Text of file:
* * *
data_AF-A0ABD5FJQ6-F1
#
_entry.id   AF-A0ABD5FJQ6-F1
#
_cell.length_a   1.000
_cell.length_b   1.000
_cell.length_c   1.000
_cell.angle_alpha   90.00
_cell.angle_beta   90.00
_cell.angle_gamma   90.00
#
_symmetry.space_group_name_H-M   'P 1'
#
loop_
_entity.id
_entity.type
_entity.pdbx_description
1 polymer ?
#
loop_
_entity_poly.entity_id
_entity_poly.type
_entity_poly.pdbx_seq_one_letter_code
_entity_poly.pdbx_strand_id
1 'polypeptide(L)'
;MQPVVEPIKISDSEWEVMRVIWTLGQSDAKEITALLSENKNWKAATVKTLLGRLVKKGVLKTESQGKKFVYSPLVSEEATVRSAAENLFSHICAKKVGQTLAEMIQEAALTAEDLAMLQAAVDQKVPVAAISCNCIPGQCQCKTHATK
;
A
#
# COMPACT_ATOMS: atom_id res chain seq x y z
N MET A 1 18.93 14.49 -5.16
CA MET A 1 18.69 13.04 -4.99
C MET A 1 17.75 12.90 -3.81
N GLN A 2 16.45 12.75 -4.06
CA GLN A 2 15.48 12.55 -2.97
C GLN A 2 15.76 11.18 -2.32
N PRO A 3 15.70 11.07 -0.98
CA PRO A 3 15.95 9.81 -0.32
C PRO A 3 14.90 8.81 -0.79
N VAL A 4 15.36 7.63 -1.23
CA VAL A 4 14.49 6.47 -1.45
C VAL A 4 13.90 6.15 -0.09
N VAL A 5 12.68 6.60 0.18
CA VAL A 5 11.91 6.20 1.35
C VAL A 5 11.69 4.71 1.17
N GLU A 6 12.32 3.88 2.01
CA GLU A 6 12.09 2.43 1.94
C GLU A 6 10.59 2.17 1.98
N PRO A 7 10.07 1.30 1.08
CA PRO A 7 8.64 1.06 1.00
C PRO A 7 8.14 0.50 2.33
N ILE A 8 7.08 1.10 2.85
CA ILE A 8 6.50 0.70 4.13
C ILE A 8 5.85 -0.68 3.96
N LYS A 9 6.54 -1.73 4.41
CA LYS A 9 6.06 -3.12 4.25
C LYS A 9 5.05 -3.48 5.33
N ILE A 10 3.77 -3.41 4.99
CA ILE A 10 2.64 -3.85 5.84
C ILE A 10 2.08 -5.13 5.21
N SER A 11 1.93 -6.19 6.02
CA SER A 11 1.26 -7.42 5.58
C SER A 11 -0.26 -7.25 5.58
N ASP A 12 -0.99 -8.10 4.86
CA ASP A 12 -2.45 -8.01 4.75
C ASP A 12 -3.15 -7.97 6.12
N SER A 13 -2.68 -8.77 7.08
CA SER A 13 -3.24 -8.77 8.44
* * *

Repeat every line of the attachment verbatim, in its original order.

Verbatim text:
data_AF-A0ABD5FJQ6-F1
#
_entry.id   AF-A0ABD5FJQ6-F1
#
_cell.length_a   1.000
_cell.length_b   1.000
_cell.length_c   1.000
_cell.angle_alpha   90.00
_cell.angle_beta   90.00
_cell.angle_gamma   90.00
#
_symmetry.space_group_name_H-M   'P 1'
#
loop_
_entity.id
_entity.type
_entity.pdbx_description
1 polymer ?
#
loop_
_entity_poly.entity_id
_entity_poly.type
_entity_poly.pdbx_seq_one_letter_code
_entity_poly.pdbx_strand_id
1 'polypeptide(L)'
;MQPVVEPIKISDSEWEVMRVIWTLGQSDAKEITALLSENKNWKAATVKTLLGRLVKKGVLKTESQGKKFVYSPLVSEEATVRSAAENLFSHICAKKVGQTLAEMIQEAALTAEDLAMLQAAVDQKVPVAAISCNCIPGQCQCKTHATK
;
A
#
# COMPACT_ATOMS: atom_id res chain seq x y z
N MET A 1 18.93 14.49 -5.16
CA MET A 1 18.69 13.04 -4.99
C MET A 1 17.75 12.90 -3.81
N GLN A 2 16.45 12.75 -4.06
CA GLN A 2 15.48 12.55 -2.97
C GLN A 2 15.76 11.18 -2.32
N PRO A 3 15.70 11.07 -0.98
CA PRO A 3 15.95 9.81 -0.32
C PRO A 3 14.90 8.81 -0.79
N VAL A 4 15.36 7.63 -1.23
CA VAL A 4 14.49 6.47 -1.45
C VAL A 4 13.90 6.15 -0.09
N VAL A 5 12.68 6.60 0.18
CA VAL A 5 11.91 6.20 1.35
C VAL A 5 11.69 4.71 1.17
N GLU A 6 12.32 3.88 2.01
CA GLU A 6 12.09 2.43 1.94
C GLU A 6 10.59 2.17 1.98
N PRO A 7 10.07 1.30 1.08
CA PRO A 7 8.64 1.06 1.00
C PRO A 7 8.14 0.50 2.33
N ILE A 8 7.08 1.10 2.85
CA ILE A 8 6.50 0.70 4.13
C ILE A 8 5.85 -0.68 3.96
N LYS A 9 6.54 -1.73 4.41
CA LYS A 9 6.06 -3.12 4.25
C LYS A 9 5.05 -3.48 5.33
N ILE A 10 3.77 -3.41 4.99
CA ILE A 10 2.64 -3.85 5.84
C ILE A 10 2.08 -5.13 5.21
N SER A 11 1.93 -6.19 6.02
CA SER A 11 1.26 -7.42 5.58
C SER A 11 -0.26 -7.25 5.58
N ASP A 12 -0.99 -8.10 4.86
CA ASP A 12 -2.45 -8.01 4.75
C ASP A 12 -3.15 -7.97 6.12
N SER A 13 -2.68 -8.77 7.08
CA SER A 13 -3.24 -8.77 8.44